Iraq blast: Suicide bomber kills 30 Shias near Karbala, Islamic State claims responsibility
A woman detonated her explosive belt in a market east of the Shia holy city of Kerbala on Friday, killing at least 30 and wounding 35, Iraqi security sources said.
“A suicide bomber blew himself up in Musayyib market, causing 20 civilian martyrs,” an interior ministry spokesman said.
At least 34 other people were wounded in the attack in the centre of Musayyib, a town that lies about 60 kilometres (35 miles) south of the capital, a police officer and a medic at the local hospital said.
A source at Musayyib hospital said at least four of the wounded were in very serious condition following the blast, which rocked the market at around 11:30 am (0830 GMT).
The attack in Musayyib came hours after another, apparently failed attack in the Shiite shrine city of Karbala, a few kilometres (couple of miles) to the southwest.
Four civilians were wounded when a suicide bomber blew himself up at the entrance of the city’s main bus station early Friday, police sources said.
Both attacks were claimed by the Islamic State jihadist group through its propaganda agency Amaq, which in both cases spoke of a “martyrdom-seeking operation” using an explosive vest.
IS has carried out dozens of deadly suicide bombings targeting civilians but Iraq has been on heightened alert since the start of the holy Muslim fasting month of Ramadan.
More than 40 people were killed and dozens wounded in a spate of attacks on May 30, a few days after the beginning of Ramadan, including a devastating blast at an ice cream shop in central Baghdad’s Karrada neighbourhood.
It was during Ramadan last year that IS carried out its deadliest ever attack in the Iraqi capital with a truck bomb that set two shopping arcades ablaze, also in Karrada, resulting in more than 320 deaths.
The bombings in Baghdad come as Iraqi forces fight to retake the last IS-held areas of Mosul, a city that was the jihadist group’s emblematic stronghold.
Iraqi forces are almost eight months into a massive operation to recapture the second city and have already taken back its whole eastern side and much of the west.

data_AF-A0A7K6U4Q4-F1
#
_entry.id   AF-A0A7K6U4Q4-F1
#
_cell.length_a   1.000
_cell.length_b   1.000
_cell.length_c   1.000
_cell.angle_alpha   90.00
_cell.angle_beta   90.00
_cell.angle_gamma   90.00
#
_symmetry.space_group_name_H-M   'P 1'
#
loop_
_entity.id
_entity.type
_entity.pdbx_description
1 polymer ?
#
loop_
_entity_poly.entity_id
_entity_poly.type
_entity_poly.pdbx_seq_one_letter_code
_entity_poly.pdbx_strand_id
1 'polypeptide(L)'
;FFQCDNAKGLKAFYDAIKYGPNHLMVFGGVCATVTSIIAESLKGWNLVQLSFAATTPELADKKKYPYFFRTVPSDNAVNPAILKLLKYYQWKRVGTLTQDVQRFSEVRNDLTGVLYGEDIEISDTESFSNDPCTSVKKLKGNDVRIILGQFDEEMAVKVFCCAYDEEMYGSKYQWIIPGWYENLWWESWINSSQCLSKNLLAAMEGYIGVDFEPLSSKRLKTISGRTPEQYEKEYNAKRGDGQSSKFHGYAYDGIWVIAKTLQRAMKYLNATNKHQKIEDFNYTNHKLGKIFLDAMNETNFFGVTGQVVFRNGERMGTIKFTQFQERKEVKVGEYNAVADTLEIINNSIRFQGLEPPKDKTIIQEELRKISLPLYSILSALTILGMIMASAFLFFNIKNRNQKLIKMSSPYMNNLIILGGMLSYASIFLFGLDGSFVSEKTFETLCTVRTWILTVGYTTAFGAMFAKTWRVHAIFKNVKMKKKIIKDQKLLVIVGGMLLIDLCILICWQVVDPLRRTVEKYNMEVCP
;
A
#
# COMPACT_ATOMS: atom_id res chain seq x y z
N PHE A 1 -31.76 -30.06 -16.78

The hardline Sunni Muslim insurgents are on the brink of losing Mosul, their de-facto capital in Iraq, to a U.S.-backed Iraqi offensive launched in October.
The group is also on the backfoot in neighbouring Syria, retreating in the face of a U.S.-backed, Kurdish-led military coalition attacking Raqqa, its capital there.
Iranian-backed paramilitaries are taking part in the campaign against Islamic State in Iraq, attacking the group in the border region near Syria.
At least 10 civilians were killed by Russian shelling of the city of Sievierodonetsk in eastern Ukraine on Monday, regional governor Serhiy Gaidai said. The governor of the Luhansk region, Gaidai, had said earlier on Monday that heavy shelling had caused fires in residential areas.
Russia on Monday said there was an agreement to evacuate wounded Ukrainian soldiers holed up in the besieged Azovstal steel plant in Mariupol. "An agreement has been reached on the removal of the wounded," news agency Reuters quoted the Russian defence ministry as saying in a statement. Russia attacked the port city of Mariupol – which it now claims to controls – for nearly two months.
The confirmed number of dead is equivalent to a 9/11 attack every day for 336 days. It is roughly equal to how many Americans died in the Civil War and World War II combined. It’s as if Boston and Pittsburgh were wiped out.
Sweden's Social Democrat minority government on Monday took the formal decision to apply for NATO membership, following in the footsteps of its neighbour Finland in a move that will redraw the geopolitical map of northern Europe. "There is a broad majority in Sweden's parliament for joining NATO," Prime Minister Magdalena Andersson said following a debate on security policy in parliament. "The best thing for Sweden and the Swedish population is to join NATO."
Sri Lanka Prime Minister Ranil Wickremesinghe on Monday said the island nation's economy was in a precarious condition and that the cash-strapped nation was currently out of petrol. He also proposed privatising the Sri Lanka airlines. “At present, the Sri Lankan economy is extremely precarious. Although the former government's budget projected revenue of SLR 2.3 trillion, SLR 1.6 trillion is the realistic projection of this year's revenue,” the PM said in Colombo.